Here are some of the factors you need to consider when buying a farmhouse-style ceiling fan.
Some ceiling fans are equipped with alternating current motors, while others come with direct current motors. If you have an old ceiling fan at home, then it is probably equipped with an alternating current or AC motor. AC motor ceiling fans are typically cheaper, but the downside is that they have fewer speed setting options compared with fans with DC motor.
Ceiling fans with direct current or DC motor have become more popular over the years. DC motors are lightweight and smaller than most AC motors. They are also more energy-efficient, making them cheaper in the long run. Some ceiling fans with DC motors have speed settings that can go up to 6 or 7.
A ceiling fan’s blade pitch simply refers to the blades’ angle. Fans with a 12° blade pitch produce a gentler, smoother air circulation. They also consume less energy compared to fans with 13° or 24° blade pitches.
Most ceiling fans on the market have 13° to 15° blade pitches. But if you want a fan that produces maximum airflow, then check out the ceiling fans with blade pitches between 16° and 25°.
Ceiling fans are available in different blade sizes. Some fans have blade spans that are as small as 36″ or less, while others have blades that span anywhere between 37″ and 45″. Ceiling fans with blades that span from 46″ to 50″ will do well in mid-sized rooms. But if you have a large sunroom or living room, or you have a dining room with cathedral ceilings, then you might want to choose ceilings fans with blades span 51″ and beyond.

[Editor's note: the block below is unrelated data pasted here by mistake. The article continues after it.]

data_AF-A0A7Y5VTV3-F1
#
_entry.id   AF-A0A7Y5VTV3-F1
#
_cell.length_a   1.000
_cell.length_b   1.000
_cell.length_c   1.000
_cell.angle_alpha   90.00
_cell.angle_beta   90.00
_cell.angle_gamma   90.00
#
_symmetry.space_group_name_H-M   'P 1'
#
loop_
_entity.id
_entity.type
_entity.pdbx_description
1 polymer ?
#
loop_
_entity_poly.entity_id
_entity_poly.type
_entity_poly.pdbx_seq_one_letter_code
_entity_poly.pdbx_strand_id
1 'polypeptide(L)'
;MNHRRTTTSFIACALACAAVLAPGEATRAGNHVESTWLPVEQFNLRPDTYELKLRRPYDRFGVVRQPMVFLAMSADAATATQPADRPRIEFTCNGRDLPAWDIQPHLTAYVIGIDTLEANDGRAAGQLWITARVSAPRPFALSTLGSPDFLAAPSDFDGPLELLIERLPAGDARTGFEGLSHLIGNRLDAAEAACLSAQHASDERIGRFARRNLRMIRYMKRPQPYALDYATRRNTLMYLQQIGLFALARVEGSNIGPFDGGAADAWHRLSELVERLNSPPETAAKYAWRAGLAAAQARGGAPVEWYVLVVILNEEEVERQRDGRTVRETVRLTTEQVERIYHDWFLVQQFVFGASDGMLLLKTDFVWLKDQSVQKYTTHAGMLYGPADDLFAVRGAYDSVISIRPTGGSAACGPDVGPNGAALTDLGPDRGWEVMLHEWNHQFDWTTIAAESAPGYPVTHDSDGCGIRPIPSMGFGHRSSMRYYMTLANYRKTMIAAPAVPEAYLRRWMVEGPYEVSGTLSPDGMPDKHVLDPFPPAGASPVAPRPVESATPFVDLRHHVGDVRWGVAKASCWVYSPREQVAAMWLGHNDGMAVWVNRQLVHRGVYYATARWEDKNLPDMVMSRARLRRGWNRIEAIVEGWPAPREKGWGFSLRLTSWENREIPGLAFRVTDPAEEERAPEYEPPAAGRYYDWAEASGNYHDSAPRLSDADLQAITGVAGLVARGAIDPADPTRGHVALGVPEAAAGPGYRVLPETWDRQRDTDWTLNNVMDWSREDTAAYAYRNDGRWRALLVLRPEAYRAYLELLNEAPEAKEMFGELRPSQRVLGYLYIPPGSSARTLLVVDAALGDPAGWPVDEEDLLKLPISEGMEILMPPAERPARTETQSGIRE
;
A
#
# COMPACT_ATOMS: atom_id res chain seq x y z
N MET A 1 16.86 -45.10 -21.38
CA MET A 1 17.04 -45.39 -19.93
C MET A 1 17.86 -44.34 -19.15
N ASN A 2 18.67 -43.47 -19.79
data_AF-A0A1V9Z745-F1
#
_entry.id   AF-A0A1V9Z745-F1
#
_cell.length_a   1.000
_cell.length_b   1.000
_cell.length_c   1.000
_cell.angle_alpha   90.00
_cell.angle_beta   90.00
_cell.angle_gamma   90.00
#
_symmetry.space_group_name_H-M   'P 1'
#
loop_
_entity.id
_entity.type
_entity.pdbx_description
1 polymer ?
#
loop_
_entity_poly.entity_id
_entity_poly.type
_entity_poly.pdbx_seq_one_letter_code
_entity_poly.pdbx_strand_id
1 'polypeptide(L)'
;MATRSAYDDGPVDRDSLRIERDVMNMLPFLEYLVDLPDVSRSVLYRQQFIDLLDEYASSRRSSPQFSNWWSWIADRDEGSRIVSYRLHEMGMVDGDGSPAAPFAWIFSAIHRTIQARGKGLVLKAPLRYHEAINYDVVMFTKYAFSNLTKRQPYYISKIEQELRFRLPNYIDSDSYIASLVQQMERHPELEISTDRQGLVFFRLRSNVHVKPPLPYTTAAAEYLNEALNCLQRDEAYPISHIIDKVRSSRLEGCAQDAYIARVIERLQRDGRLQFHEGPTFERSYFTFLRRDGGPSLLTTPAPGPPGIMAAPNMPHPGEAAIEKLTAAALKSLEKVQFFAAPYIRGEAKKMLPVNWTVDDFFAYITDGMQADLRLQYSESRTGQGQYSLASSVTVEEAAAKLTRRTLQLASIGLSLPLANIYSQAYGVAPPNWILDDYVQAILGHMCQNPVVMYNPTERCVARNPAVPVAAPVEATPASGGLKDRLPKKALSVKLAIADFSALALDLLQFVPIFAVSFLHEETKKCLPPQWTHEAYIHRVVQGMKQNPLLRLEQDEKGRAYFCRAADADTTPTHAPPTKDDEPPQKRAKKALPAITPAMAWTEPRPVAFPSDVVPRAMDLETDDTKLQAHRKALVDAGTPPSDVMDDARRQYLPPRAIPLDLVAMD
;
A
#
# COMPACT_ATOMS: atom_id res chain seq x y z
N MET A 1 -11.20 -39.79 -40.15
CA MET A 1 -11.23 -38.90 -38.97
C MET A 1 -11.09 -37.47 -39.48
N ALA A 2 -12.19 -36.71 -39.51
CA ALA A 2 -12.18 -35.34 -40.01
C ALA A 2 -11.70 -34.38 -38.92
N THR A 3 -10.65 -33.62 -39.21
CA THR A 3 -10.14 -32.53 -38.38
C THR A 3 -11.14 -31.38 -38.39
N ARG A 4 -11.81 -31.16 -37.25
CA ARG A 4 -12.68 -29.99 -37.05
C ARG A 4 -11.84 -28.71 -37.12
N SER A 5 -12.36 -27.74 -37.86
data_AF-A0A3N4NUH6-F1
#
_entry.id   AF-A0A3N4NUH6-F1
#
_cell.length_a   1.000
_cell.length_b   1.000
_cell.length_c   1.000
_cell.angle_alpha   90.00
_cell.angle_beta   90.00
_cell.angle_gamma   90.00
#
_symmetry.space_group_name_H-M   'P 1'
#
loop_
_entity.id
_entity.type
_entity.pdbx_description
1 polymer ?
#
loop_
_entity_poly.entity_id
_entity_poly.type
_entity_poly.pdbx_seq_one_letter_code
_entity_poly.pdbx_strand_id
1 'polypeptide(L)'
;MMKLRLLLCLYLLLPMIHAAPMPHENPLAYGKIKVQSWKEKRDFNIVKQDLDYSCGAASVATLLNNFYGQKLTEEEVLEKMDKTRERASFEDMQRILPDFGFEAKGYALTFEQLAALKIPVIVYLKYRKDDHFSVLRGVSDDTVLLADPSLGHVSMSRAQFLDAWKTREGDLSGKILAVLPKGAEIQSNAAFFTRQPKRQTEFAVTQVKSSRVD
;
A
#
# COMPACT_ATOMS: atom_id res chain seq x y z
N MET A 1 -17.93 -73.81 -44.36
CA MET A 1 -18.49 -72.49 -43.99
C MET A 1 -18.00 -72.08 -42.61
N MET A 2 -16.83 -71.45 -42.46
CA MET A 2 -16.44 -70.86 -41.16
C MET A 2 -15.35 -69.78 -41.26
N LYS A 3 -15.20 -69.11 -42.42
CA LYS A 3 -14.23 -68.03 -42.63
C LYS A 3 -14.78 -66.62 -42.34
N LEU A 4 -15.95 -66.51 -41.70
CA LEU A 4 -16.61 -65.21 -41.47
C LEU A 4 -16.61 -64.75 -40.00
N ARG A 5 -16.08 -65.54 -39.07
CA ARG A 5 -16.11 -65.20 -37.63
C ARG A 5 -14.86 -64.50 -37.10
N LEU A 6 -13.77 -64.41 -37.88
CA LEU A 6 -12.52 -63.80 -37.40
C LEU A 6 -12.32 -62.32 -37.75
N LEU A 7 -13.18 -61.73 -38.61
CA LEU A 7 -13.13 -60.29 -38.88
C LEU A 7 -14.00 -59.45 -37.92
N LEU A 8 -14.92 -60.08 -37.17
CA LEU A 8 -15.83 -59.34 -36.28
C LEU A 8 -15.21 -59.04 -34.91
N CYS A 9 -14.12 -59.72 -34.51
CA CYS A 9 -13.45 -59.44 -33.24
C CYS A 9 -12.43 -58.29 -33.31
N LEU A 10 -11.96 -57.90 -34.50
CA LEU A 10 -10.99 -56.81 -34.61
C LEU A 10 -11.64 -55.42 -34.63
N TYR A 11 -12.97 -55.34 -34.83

Number of Blades
Most ceiling fans on the market typically have three to five blades. These fans are pleasing to look at thanks to their symmetrical blades. Because they have fewer blades and are therefore lighter, drag is kept to a minimum, and airflow is maximized. You can also choose a ceiling fan with six to eight blades, but keep in mind that the blades are designed to be slimmer to make sure that it is lightweight and to minimize drag.
There are several ways you can mount a fan to a ceiling. As the name implies, flush mount or hugger ceiling fans are mounted flush to the ceiling, and this design makes them ideal for homes with lower ceilings. If you live in a smaller home, such as a condo or an apartment, then this type of ceiling fan will work well in your space.
What if your ceiling is higher than 8′, but you still want the fan to be mounted closer to the ceiling? Then a low profile ceiling fan is ideal for your living space. This type of ceiling fan features a downrod that extends three to five inches from the ceiling, making it ideal for homes with slightly higher ceilings.
But if your home has higher ceilings, then ceiling fans attached to longer downrods might be a good option for you. Always check the room’s floor-to-ceiling height to see if it can accommodate your chosen ceiling fan.
Some ceiling fans are also designed to be compatible with sloped ceilings. If you have an inclined ceiling, then check if your chosen ceiling fan features an angled mount. You can always purchase a separate fan mount adapter for easier installation.
Older ceiling fans were controlled by pulling a chain that dangles at the center of the unit. But this can be a hassle if you’re shorter than the average homeowner or if your home’s ceiling is higher or if you have mobility problems. Ceiling fans activated using a pull chain are still popular, but many fans can now be accessed using a wall control or a handheld remote. Some handheld remotes also double as wall controls, while some of the newest fans on the market can be accessed via an app and are compatible with Google Home and Amazon Alexa.
Outdoor Ceiling Fans
If you’re planning to install the fan in your patio or porch, then make sure to check if the ceiling fan is suitable for an outdoor setting. A good way to know if your chosen ceiling fan is safe for outdoor use is to check its UL rating.
Damp-rated fans are ideal for porches and large terraces, but make sure that they are mounted in areas where rain or snow will not reach them. But if you want it installed on a patio or if you live in areas with high rainfall, then choose a wet-rated ceiling fan.
Ready to install your new ceiling fan? Then check out this video to get started.